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Hilbert Transform in verilog or VHDL -- it has got to be out there somewhere

Started by Austin Lesea September 19, 2006
OK,

I have looked through a lot of places, but it seems that opencores.org,
etc. just do not have any Hilbert transform blocks.

I would think that this is not exactly rocket science, as the common
ways to do this are posted all over the place, and there are c programs
for DSP also posted.  Even the Xilinx DSP libraries don't seem to have a
free Hibert transformer (even one for $?).

Yes, I know how to go about doing one, but, if its already done, why
recode the wheel?  After all, there are probably at least three good
ways to do it on an FPGA, and ten bad ones.

Since I have "friends in low places" in ham radio, having a public
domain Hilbert would be useful for SSB, FM, AMSAT and other SDR
applications.

Some FIR, IIR, FFT, mixers, accumulators, DDFS, and so forth that are
pretty easily found plus a Digilent $99 S200 pcb could make a useful
foundation for software defined radio experiments (that and a
http://www.digilentinc.com/Products/Detail.cfm?Prod=AIO1&Nav1=Products&Nav2=Accessory
analog accessory pcb, or make your own A/D, D/A pcb).

If anyone can point me to some sources, it would be appreciated.

By the way, the TAPR class went well on Sunday in Tuscon, and now there
are 28 more crazy hams out there who are really dangerous...

The talk and slides will be posted when they do their web page for the
2006 25th anniversary meeting.

http://www.tapr.org

Austin
Austin Lesea wrote:
> OK, > > I have looked through a lot of places, but it seems that opencores.org, > etc. just do not have any Hilbert transform blocks. > > I would think that this is not exactly rocket science, as the common > ways to do this are posted all over the place, and there are c programs > for DSP also posted. Even the Xilinx DSP libraries don't seem to have a > free Hibert transformer (even one for $?). >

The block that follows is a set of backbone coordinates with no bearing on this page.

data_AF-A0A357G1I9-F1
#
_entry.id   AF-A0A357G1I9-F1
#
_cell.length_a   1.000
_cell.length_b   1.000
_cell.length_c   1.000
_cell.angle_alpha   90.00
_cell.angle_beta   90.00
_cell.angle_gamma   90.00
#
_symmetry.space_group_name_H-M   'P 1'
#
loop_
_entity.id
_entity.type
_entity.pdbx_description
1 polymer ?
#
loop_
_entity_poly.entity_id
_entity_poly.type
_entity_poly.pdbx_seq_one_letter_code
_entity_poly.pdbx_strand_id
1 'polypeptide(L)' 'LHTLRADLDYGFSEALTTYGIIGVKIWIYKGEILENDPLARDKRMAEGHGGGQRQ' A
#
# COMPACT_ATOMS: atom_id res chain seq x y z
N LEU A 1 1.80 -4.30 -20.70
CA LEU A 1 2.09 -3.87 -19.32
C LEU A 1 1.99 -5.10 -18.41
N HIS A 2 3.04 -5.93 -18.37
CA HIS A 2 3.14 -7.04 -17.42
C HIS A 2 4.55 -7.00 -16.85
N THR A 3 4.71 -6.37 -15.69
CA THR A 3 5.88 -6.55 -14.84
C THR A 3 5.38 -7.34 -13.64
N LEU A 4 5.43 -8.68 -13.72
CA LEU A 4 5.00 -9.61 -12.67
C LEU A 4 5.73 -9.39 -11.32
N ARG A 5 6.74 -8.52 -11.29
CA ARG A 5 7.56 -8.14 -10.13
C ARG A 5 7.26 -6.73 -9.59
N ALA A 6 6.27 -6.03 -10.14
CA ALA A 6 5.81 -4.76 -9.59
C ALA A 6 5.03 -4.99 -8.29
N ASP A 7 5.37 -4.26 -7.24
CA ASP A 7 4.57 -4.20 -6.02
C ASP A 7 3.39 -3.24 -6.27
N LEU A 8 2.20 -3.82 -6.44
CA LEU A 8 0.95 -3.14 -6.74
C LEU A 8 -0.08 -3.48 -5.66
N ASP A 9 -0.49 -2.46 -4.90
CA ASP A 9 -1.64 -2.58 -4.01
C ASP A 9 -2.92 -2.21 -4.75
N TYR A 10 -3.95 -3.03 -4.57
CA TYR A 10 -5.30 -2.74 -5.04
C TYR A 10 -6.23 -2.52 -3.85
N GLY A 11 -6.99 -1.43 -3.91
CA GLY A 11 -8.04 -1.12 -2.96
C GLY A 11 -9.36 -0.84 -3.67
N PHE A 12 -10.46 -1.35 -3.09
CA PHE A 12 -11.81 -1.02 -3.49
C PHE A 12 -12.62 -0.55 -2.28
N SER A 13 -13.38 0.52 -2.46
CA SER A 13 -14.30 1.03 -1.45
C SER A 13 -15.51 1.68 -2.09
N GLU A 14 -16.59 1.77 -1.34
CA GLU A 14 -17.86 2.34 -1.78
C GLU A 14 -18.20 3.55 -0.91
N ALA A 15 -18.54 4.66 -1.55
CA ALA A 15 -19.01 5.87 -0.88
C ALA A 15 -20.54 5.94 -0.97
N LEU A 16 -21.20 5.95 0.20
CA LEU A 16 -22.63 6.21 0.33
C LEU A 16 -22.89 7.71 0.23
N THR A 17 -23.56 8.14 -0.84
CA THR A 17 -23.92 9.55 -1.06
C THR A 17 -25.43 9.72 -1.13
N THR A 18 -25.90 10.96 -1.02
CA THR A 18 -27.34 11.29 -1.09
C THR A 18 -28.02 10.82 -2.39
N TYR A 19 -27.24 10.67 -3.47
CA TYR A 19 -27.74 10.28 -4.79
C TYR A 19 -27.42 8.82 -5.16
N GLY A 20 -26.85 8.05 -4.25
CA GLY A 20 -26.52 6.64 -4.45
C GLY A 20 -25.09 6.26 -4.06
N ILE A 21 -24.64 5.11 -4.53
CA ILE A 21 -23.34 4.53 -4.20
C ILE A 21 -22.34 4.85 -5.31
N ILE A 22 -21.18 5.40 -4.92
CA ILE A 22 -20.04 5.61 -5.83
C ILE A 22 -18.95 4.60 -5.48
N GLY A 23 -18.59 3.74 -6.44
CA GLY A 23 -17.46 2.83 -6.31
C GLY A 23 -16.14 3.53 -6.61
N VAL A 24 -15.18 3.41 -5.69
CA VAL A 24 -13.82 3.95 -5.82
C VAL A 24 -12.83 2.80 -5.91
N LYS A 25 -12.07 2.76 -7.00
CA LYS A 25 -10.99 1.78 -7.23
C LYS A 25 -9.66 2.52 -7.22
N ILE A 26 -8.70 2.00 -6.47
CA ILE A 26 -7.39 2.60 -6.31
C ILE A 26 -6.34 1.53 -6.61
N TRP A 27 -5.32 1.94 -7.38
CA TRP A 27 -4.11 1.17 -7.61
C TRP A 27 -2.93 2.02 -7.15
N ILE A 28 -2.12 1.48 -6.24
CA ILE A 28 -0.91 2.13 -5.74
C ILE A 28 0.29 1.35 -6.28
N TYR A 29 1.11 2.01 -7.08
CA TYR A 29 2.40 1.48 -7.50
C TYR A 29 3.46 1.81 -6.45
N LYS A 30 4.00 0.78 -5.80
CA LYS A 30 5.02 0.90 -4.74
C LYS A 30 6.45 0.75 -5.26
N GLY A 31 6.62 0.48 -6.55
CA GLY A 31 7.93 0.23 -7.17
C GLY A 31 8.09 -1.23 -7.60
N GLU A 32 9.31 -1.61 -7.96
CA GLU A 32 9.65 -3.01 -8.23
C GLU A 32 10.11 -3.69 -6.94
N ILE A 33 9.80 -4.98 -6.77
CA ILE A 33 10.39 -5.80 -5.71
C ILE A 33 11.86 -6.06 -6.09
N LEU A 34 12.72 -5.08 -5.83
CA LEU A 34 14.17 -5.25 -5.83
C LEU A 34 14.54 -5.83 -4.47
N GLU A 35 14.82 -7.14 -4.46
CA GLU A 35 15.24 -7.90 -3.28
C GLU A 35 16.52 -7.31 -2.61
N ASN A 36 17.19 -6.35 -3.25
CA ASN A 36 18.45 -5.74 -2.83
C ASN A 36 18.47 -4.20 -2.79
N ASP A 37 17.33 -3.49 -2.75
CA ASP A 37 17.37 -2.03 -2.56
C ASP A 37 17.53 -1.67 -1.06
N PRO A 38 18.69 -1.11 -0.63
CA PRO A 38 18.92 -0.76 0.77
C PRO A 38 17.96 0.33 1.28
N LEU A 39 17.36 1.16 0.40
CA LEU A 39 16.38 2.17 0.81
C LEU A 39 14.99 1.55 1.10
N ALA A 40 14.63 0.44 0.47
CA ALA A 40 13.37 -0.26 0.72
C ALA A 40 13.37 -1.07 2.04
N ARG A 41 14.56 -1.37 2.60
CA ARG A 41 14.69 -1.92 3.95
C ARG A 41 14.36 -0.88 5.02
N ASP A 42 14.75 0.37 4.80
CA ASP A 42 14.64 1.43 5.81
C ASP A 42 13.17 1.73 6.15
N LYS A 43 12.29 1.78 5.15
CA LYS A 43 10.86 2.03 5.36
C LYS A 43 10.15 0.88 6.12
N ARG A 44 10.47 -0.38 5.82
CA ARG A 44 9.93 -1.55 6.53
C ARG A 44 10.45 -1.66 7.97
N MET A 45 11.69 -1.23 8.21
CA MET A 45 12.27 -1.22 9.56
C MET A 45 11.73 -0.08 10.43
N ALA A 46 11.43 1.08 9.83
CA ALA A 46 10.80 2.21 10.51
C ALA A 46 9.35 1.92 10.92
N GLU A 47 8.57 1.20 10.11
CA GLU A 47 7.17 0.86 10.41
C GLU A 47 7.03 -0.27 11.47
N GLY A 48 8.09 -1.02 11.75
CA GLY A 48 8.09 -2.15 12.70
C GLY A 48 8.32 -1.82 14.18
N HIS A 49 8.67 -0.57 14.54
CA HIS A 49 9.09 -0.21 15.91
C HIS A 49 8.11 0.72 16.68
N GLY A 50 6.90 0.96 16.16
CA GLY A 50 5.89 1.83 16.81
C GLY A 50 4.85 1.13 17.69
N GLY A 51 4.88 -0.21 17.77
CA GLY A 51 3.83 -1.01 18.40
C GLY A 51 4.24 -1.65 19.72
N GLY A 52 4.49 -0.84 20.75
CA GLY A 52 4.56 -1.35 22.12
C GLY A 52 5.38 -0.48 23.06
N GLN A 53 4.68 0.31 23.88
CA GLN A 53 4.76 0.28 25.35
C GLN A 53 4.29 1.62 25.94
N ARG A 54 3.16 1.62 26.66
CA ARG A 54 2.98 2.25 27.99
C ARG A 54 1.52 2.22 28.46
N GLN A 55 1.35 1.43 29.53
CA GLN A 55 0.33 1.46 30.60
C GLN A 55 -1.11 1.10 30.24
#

This paper has something on page 11: http://www.xilinx.com/ipcenter/catalog/logicore/docs/da_fir.pdf Cheers, Guenter
Guenter,

Boy, is that embarrassing: it is right where it is supposed to be, on
the free logic cores stuff.

But, in my defense, it was 'hidden' in with the FIR filter wizard, as
that is how they chose to implement it.

Now if only the search engine would have found it?

Maybe if I didn't look for "Hilbert", but instead looked for "FIR filters"?

Who would have guessed?

It is not only there where you pointed me, but also:
http://www.xilinx.com/bvdocs/ipcenter/data_sheet/fir_compiler_ds534.pdf

Veil dank Guenther,

Austin

Guenter wrote:
> Austin Lesea wrote: >> OK, >> >> I have looked through a lot of places, but it seems that opencores.org, >> etc. just do not have any Hilbert transform blocks. >> >> I would think that this is not exactly rocket science, as the common >> ways to do this are posted all over the place, and there are c programs >> for DSP also posted. Even the Xilinx DSP libraries don't seem to have a >> free Hibert transformer (even one for $?). >> > > This paper has something on page 11: > > http://www.xilinx.com/ipcenter/catalog/logicore/docs/da_fir.pdf > > Cheers, > > Guenter >
On Tue, 19 Sep 2006 10:21:17 -0700, Austin Lesea <austin@xilinx.com>
wrote: